The professors' first gripe is a familiar one. (Indeed, it's been a hallmark of "progressive" educators since 1920.) The new K-8 standards, they say, stress "lower level skills" like knowing and understanding, at the expense of higher level skills like debating and analyzing. How can students debate or analyze something that they don't yet know or understand? The professors fail to explain.

But the professors' central objection is ideological. They insist that the new standards paint too rosy a picture of America, and fail to focus sufficiently on the "tragedies and injustices" of our nation's history.

What would our children's history classrooms look like if the "U" professors, and like-minded critics, got their way? One thing's sure: Every day, our kids would walk out of class hanging their heads for shame at being Americans. The professors' letter makes clear that they see America -- first and foremost -- as a nation that has oppressed women, enslaved blacks and exploited the poor. They want our children to see it that way, too. That's why their letter is full of recommendations like this: When Minnesota 8- and 9-year-olds study colonial America, they should focus on "the genocidal impact of European incursions,"the extinction of numerous species and the destruction of whole environments." When third-graders study the Pledge of Allegiance, they should learn that its author was "forced by the political climate of Jim Crow and xenophobia" to omit the mention of equality, along with liberty and justice.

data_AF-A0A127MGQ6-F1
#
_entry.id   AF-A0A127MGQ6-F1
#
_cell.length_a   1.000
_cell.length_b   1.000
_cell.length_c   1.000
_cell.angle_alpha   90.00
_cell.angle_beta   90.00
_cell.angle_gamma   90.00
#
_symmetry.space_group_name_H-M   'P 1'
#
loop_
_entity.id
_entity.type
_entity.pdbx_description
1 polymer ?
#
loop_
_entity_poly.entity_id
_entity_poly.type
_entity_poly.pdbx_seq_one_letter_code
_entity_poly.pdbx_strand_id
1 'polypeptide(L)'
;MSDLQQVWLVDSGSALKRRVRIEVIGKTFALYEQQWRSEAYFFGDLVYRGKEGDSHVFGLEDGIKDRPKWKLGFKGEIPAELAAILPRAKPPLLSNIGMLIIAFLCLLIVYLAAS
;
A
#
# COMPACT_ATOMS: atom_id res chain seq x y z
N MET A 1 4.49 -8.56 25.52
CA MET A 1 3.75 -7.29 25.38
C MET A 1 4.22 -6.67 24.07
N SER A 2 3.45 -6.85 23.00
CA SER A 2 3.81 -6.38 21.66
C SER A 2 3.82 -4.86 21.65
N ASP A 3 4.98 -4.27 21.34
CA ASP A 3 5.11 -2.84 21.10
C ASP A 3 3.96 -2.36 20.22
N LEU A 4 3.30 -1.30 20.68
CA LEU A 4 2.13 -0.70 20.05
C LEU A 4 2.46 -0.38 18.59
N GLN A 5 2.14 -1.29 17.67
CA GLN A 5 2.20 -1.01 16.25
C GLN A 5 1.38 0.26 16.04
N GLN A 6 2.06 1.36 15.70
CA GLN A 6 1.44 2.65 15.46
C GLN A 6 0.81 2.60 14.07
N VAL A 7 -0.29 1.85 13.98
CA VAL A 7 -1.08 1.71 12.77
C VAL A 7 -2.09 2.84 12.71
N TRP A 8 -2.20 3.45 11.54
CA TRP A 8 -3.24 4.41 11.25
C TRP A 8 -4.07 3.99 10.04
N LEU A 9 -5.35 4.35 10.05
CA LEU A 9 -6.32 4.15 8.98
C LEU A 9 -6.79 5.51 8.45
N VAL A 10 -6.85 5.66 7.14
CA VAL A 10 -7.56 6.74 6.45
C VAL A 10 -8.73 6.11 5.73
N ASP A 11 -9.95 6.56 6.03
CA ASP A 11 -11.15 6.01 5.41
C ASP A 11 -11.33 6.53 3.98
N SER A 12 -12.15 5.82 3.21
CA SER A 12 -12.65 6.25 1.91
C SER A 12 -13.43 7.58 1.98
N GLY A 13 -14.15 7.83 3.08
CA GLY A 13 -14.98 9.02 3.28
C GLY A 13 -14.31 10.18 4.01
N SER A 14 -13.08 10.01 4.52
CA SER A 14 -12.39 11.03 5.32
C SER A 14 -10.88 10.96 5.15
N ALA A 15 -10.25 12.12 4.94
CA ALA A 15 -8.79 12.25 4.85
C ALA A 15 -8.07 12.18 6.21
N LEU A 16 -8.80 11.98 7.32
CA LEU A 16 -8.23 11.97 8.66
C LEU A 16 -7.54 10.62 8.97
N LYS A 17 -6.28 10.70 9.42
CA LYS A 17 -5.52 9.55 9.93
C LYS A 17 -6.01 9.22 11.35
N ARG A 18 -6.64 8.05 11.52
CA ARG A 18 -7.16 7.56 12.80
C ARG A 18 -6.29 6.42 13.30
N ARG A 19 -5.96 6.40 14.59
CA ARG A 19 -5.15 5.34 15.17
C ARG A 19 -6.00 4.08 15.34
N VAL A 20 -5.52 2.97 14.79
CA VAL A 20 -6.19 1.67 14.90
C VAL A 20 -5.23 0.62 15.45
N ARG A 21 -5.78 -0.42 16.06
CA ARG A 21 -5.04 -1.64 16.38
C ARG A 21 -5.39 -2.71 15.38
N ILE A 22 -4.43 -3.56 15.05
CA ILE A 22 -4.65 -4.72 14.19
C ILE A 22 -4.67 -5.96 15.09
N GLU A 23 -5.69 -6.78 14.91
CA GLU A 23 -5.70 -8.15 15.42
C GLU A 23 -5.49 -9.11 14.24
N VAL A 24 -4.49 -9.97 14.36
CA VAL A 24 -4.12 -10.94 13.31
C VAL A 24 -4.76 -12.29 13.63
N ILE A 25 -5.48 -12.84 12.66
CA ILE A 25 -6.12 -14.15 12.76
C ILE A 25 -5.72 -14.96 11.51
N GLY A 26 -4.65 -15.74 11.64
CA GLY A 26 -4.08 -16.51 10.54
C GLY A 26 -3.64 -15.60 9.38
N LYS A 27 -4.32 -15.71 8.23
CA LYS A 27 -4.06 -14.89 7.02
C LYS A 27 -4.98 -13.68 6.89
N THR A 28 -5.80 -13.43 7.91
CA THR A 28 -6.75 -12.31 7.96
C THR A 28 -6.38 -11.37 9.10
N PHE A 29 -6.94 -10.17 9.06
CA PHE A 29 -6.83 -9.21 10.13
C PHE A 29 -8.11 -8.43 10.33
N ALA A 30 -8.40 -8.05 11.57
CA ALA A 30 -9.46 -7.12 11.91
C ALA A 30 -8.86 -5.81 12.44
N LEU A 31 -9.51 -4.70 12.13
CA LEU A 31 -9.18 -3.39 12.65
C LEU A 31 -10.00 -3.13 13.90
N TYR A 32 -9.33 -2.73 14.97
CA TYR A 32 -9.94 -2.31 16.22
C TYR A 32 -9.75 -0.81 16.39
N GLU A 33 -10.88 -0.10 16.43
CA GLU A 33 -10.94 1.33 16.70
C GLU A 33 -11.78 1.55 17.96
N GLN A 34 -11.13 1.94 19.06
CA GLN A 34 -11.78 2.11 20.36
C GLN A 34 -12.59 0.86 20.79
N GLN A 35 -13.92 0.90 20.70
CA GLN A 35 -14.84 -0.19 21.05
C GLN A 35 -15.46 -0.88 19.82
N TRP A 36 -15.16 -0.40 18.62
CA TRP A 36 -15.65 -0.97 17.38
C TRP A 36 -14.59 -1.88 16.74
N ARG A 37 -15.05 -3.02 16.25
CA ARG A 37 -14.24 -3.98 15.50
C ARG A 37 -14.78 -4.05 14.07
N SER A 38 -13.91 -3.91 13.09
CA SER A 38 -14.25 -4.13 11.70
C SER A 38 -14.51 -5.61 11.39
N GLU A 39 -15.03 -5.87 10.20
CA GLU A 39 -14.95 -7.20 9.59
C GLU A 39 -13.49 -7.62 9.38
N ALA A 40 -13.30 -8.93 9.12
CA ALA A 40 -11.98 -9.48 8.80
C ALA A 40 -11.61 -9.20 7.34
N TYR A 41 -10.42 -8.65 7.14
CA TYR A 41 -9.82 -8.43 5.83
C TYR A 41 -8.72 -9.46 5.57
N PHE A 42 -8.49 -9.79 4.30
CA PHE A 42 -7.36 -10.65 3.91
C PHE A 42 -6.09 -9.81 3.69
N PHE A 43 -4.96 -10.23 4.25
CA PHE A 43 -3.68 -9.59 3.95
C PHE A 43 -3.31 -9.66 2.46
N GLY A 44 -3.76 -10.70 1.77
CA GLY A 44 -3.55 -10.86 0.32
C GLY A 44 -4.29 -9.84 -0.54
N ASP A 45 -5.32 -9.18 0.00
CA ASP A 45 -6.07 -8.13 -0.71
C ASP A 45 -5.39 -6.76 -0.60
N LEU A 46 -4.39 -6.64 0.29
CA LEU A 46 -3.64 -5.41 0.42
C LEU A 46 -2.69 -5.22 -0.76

The professors reject the new standards' Government and Citizenship benchmarks along with its history benchmarks. They object, for example, to a first-grade standard that encourages "good citizen traits" like "honesty, courage, patriotism and individual responsibility." Why? Portraying such traits as important components of citizenship is tantamount to teaching patriotism as a "reflex action of blind obedience or conformity."

Why is the standards battle in Minnesota so contentious? It's an important front in our nation's culture wars. At stake, as the new standards' critics well know, are the hearts and minds of the next generation.